At some point we all need to go back to normal – or as close to normal as it gets. Truth be told our lives will never be able to go back to the way they used to be. Not since normalcy walked out of the house and slammed the front door like an ex-lover with no intention of ever returning.
After everything we’ve been through in the past couple of months, it’s hard to come out of this on the other side and just say, “Well, that was great! Now, back to the way things were.”
We can’t just do that.
We can’t ignore the fact that to date, 26 million Americans have filed for unemployment. We can’t just ignore that a lot of businesses have already gone under. A report done by the Federal Emergency Management Agency showed that 40% of businesses don’t reopen after a disaster, and 25% of businesses end up failing within one year.
We can’t ignore that this pandemic has taken the lives of family members and friends.
What we can do is take what this pandemic has taught us and apply it to our lives moving forward. For many Americans, this pandemic has truly awakened them to the importance of personal hygiene practices and acknowledging personal spaces, along with valuing what’s truly important in life.
Before COVID-19 many people were blissfully ignorant of the fact that they were invading someone else’s personal bubble. That or they just didn’t care. Now, with social distancing guidelines mandating that people should remain at least 6 feet from other people, many people are now becoming a little more aware of invading other people’s personal bubbles.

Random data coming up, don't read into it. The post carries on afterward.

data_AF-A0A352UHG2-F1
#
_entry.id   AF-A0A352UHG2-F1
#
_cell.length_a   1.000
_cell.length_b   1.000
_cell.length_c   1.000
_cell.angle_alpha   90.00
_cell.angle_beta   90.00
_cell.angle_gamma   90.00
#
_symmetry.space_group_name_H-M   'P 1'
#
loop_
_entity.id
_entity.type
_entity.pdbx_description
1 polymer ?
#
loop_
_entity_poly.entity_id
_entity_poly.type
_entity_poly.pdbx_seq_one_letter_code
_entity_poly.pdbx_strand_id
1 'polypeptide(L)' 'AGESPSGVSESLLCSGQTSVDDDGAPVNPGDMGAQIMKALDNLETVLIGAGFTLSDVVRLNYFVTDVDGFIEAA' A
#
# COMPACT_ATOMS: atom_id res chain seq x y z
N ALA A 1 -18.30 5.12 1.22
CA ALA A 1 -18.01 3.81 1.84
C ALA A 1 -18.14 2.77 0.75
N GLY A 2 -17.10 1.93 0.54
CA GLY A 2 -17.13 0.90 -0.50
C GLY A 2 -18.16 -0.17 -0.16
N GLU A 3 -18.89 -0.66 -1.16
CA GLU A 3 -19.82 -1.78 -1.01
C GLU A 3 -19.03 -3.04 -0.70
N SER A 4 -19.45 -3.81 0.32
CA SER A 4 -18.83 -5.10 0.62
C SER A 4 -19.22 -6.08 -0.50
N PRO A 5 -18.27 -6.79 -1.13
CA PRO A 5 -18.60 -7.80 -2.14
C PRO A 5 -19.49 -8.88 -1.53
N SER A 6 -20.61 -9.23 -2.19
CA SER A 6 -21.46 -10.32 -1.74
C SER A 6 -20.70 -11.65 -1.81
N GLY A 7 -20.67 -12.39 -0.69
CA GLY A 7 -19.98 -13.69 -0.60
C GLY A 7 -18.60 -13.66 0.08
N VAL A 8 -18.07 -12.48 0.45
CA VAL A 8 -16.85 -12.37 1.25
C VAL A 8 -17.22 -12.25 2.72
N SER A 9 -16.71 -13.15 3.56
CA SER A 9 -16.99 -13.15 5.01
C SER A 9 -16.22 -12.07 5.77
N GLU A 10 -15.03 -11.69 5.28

Another plus that this pandemic has shined a light on is personal hygiene practices. How many times have you used a public restroom and seen someone walk out of the stall and out the door without even washing their hands? This also makes you a little wearier about shaking hands and hugging people.
Last but not least, due to this pandemic we’ve all learned to slow down and value what’s truly important in our lives.
Weddings, proms, and graduations were canceled. Major sporting events were suspended for the time being. Many of us started working from home, schools and universities switched to online, and public spaces such as libraries and gyms emptied out.
Usually our lives revolve around this event and that event, getting this done and that done. We’ve all been given a lot of down time. Time that has allowed us to finish forgotten house projects and long awaited house cleaning.
We’ve also been left with more opportunities to reflect on the things and people in our lives that are important to us. We can’t just return to normal and pretend like this was all just a bad dream.
Normalcy turned on us with no intention of coming back, and we need to take what we’ve learned and move forward.